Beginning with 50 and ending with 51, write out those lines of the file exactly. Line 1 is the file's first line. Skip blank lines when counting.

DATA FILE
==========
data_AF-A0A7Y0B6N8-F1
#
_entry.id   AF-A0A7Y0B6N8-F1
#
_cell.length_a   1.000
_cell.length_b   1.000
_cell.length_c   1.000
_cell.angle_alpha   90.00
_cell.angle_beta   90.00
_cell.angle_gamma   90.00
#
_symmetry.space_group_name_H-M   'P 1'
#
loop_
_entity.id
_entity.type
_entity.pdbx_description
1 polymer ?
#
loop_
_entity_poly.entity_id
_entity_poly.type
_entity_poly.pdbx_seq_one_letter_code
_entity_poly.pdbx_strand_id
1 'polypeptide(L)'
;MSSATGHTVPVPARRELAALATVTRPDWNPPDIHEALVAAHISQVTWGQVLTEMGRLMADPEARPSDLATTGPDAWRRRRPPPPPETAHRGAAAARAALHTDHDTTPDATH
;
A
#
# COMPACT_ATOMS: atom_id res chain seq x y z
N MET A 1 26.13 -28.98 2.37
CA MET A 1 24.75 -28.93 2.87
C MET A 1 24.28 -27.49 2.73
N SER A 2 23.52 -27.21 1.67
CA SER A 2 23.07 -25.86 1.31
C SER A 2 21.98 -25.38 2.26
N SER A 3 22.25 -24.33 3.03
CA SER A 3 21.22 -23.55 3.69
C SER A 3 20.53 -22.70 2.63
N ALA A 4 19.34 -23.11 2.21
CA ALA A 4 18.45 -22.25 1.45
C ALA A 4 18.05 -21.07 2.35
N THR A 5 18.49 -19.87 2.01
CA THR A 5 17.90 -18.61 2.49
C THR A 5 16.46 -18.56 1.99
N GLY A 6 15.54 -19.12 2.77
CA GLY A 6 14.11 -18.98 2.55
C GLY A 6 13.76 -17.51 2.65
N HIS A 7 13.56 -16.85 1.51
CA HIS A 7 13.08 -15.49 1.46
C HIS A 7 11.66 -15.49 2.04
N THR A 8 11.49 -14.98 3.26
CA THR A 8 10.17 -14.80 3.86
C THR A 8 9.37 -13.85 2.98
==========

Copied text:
CA HIS A 7 13.08 -15.49 1.46
C HIS A 7 11.66 -15.49 2.04